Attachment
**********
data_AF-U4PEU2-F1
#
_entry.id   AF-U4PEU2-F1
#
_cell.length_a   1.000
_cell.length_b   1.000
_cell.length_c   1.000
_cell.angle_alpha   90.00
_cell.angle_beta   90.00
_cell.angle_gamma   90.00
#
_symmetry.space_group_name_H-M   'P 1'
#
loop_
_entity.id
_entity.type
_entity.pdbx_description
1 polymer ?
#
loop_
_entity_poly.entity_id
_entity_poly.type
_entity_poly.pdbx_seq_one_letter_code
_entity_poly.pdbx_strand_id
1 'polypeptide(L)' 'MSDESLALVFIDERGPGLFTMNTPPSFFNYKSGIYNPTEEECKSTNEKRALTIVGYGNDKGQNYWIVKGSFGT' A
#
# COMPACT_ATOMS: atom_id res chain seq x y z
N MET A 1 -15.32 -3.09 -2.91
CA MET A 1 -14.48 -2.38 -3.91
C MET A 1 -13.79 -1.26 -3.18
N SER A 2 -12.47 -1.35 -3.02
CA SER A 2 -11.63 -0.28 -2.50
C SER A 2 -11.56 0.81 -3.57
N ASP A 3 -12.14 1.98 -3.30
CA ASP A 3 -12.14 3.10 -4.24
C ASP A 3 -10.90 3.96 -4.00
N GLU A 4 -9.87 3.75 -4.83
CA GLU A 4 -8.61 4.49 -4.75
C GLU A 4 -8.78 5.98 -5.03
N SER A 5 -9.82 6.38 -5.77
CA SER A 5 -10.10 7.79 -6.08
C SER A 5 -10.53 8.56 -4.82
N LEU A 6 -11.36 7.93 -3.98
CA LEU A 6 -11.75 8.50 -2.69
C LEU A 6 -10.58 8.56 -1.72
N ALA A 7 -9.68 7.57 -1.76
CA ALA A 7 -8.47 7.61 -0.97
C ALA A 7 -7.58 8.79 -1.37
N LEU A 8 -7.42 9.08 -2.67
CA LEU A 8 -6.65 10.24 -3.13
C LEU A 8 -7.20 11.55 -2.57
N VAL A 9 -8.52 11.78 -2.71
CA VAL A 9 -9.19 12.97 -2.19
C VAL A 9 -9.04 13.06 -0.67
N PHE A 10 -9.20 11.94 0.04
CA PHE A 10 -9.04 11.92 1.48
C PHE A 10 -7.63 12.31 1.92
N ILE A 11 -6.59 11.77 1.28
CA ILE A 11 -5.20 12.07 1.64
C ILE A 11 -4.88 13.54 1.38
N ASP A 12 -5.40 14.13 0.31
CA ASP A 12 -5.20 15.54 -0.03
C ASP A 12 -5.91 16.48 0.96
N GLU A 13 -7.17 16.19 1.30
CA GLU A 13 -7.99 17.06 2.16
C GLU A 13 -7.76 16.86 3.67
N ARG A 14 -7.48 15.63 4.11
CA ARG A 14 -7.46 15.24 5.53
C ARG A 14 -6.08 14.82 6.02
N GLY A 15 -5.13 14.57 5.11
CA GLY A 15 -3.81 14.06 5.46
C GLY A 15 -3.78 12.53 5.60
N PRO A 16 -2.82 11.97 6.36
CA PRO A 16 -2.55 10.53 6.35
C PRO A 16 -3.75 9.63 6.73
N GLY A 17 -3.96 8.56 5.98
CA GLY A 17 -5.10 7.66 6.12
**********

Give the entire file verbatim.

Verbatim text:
data_AF-U4PEU2-F1
#
_entry.id   AF-U4PEU2-F1
#
_cell.length_a   1.000
_cell.length_b   1.000
_cell.length_c   1.000
_cell.angle_alpha   90.00
_cell.angle_beta   90.00
_cell.angle_gamma   90.00
#
_symmetry.space_group_name_H-M   'P 1'
#
loop_
_entity.id
_entity.type
_entity.pdbx_description
1 polymer ?
#
loop_
_entity_poly.entity_id
_entity_poly.type
_entity_poly.pdbx_seq_one_letter_code
_entity_poly.pdbx_strand_id
1 'polypeptide(L)' 'MSDESLALVFIDERGPGLFTMNTPPSFFNYKSGIYNPTEEECKSTNEKRALTIVGYGNDKGQNYWIVKGSFGT' A
#
# COMPACT_ATOMS: atom_id res chain seq x y z
N MET A 1 -15.32 -3.09 -2.91
CA MET A 1 -14.48 -2.38 -3.91
C MET A 1 -13.79 -1.26 -3.18
N SER A 2 -12.47 -1.35 -3.02
CA SER A 2 -11.63 -0.28 -2.50
C SER A 2 -11.56 0.81 -3.57
N ASP A 3 -12.14 1.98 -3.30
CA ASP A 3 -12.14 3.10 -4.24
C ASP A 3 -10.90 3.96 -4.00
N GLU A 4 -9.87 3.75 -4.83
CA GLU A 4 -8.61 4.49 -4.75
C GLU A 4 -8.78 5.98 -5.03
N SER A 5 -9.82 6.38 -5.77
CA SER A 5 -10.10 7.79 -6.08
C SER A 5 -10.53 8.56 -4.82
N LEU A 6 -11.36 7.93 -3.98
CA LEU A 6 -11.75 8.50 -2.69
C LEU A 6 -10.58 8.56 -1.72
N ALA A 7 -9.68 7.57 -1.76
CA ALA A 7 -8.47 7.61 -0.97
C ALA A 7 -7.58 8.79 -1.37
N LEU A 8 -7.42 9.08 -2.67
CA LEU A 8 -6.65 10.24 -3.13
C LEU A 8 -7.20 11.55 -2.57
N VAL A 9 -8.52 11.78 -2.71
CA VAL A 9 -9.19 12.97 -2.19
C VAL A 9 -9.04 13.06 -0.67
N PHE A 10 -9.20 11.94 0.04
CA PHE A 10 -9.04 11.92 1.48
C PHE A 10 -7.63 12.31 1.92
N ILE A 11 -6.59 11.77 1.28
CA ILE A 11 -5.20 12.07 1.64
C ILE A 11 -4.88 13.54 1.38
N ASP A 12 -5.40 14.13 0.31
CA ASP A 12 -5.20 15.54 -0.03
C ASP A 12 -5.91 16.48 0.96
N GLU A 13 -7.17 16.19 1.30
CA GLU A 13 -7.99 17.06 2.16
C GLU A 13 -7.76 16.86 3.67
N ARG A 14 -7.48 15.63 4.11
CA ARG A 14 -7.46 15.24 5.53
C ARG A 14 -6.08 14.82 6.02
N GLY A 15 -5.13 14.57 5.11
CA GLY A 15 -3.81 14.06 5.46
C GLY A 15 -3.78 12.53 5.60
N PRO A 16 -2.82 11.97 6.36
CA PRO A 16 -2.55 10.53 6.35
C PRO A 16 -3.75 9.63 6.73
N GLY A 17 -3.96 8.56 5.98
CA GLY A 17 -5.10 7.66 6.12